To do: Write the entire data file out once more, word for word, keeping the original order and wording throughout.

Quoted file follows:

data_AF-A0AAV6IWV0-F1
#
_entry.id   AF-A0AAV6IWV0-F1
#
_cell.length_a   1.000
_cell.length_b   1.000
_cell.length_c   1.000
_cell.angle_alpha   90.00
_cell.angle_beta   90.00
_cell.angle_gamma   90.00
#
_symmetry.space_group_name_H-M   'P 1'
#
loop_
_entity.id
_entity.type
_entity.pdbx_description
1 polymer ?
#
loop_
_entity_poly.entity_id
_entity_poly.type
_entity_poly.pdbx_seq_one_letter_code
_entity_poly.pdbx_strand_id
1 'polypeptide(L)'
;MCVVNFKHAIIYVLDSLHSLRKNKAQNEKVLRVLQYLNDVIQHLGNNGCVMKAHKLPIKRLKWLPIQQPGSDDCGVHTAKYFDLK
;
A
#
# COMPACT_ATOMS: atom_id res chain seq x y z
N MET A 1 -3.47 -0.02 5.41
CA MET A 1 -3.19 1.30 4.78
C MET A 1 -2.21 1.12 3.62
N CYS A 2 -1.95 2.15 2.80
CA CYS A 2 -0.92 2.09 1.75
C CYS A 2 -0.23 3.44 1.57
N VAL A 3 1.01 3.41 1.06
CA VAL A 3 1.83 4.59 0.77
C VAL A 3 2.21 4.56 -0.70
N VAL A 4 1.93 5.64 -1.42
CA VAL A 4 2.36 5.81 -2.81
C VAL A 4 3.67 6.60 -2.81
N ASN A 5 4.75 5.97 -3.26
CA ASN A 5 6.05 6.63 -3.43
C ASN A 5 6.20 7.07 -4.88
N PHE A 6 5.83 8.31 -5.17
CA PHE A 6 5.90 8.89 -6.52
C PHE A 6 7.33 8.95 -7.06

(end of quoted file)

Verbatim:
data_AF-A0AAV6IWV0-F1
#
_entry.id   AF-A0AAV6IWV0-F1
#
_cell.length_a   1.000
_cell.length_b   1.000
_cell.length_c   1.000
_cell.angle_alpha   90.00
_cell.angle_beta   90.00
_cell.angle_gamma   90.00
#
_symmetry.space_group_name_H-M   'P 1'
#
loop_
_entity.id
_entity.type
_entity.pdbx_description
1 polymer ?
#
loop_
_entity_poly.entity_id
_entity_poly.type
_entity_poly.pdbx_seq_one_letter_code
_entity_poly.pdbx_strand_id
1 'polypeptide(L)'
;MCVVNFKHAIIYVLDSLHSLRKNKAQNEKVLRVLQYLNDVIQHLGNNGCVMKAHKLPIKRLKWLPIQQPGSDDCGVHTAKYFDLK
;
A
#
# COMPACT_ATOMS: atom_id res chain seq x y z
N MET A 1 -3.47 -0.02 5.41
CA MET A 1 -3.19 1.30 4.78
C MET A 1 -2.21 1.12 3.62
N CYS A 2 -1.95 2.15 2.80
CA CYS A 2 -0.92 2.09 1.75
C CYS A 2 -0.23 3.44 1.57
N VAL A 3 1.01 3.41 1.06
CA VAL A 3 1.83 4.59 0.77
C VAL A 3 2.21 4.56 -0.70
N VAL A 4 1.93 5.64 -1.42
CA VAL A 4 2.36 5.81 -2.81
C VAL A 4 3.67 6.60 -2.81
N ASN A 5 4.75 5.97 -3.26
CA ASN A 5 6.05 6.63 -3.43
C ASN A 5 6.20 7.07 -4.88
N PHE A 6 5.83 8.31 -5.17
CA PHE A 6 5.90 8.89 -6.52
C PHE A 6 7.33 8.95 -7.06